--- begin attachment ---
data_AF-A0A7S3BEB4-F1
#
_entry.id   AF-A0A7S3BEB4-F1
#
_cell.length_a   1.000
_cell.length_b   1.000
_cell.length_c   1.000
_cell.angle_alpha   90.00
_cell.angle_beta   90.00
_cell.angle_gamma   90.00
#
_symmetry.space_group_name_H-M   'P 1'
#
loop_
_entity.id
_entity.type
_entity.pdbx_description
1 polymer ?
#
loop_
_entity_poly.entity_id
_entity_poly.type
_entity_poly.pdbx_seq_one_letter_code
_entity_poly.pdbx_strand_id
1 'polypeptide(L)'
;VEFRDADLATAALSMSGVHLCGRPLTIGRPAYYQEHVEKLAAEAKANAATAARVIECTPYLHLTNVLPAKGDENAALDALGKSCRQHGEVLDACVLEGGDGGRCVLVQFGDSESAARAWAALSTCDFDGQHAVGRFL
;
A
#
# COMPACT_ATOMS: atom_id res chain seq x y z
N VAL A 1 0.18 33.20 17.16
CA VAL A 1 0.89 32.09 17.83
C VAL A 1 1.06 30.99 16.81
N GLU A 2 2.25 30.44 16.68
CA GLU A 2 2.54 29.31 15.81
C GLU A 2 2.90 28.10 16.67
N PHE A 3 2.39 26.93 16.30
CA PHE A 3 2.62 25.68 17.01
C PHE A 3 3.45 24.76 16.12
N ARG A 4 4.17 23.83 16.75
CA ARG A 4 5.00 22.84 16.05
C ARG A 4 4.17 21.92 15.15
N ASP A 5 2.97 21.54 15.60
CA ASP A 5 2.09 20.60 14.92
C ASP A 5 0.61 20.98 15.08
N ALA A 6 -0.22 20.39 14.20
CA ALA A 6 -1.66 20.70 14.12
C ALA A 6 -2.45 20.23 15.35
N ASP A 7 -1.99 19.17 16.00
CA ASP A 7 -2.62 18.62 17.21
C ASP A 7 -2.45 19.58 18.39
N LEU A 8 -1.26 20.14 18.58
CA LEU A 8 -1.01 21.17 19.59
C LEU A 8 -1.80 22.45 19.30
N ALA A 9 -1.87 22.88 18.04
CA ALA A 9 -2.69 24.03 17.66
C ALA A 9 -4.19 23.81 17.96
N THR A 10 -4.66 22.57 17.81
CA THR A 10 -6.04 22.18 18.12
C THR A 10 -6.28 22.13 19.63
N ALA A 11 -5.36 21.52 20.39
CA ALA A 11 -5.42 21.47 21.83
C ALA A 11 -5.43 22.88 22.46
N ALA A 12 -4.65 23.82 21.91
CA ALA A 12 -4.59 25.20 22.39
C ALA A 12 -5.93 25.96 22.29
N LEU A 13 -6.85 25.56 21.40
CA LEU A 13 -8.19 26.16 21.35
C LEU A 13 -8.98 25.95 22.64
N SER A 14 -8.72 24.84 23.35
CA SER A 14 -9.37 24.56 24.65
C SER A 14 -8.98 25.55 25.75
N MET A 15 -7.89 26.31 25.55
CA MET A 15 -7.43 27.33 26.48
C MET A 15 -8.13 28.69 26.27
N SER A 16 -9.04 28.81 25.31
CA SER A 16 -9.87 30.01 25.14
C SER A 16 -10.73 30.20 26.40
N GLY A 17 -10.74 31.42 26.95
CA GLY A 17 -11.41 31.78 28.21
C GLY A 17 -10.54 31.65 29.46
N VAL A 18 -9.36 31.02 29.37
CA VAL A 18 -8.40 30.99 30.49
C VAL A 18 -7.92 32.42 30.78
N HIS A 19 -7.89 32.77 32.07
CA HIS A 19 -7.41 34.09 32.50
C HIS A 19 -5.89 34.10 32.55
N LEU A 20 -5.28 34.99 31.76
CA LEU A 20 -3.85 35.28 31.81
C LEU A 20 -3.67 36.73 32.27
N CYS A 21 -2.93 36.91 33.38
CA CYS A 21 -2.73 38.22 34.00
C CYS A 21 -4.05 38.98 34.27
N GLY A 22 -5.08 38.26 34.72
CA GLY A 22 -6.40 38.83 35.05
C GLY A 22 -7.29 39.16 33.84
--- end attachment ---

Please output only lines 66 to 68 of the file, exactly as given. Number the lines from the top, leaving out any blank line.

C ALA A 12 -5.93 25.96 22.29
N LEU A 13 -6.85 25.56 21.40
CA LEU A 13 -8.19 26.16 21.35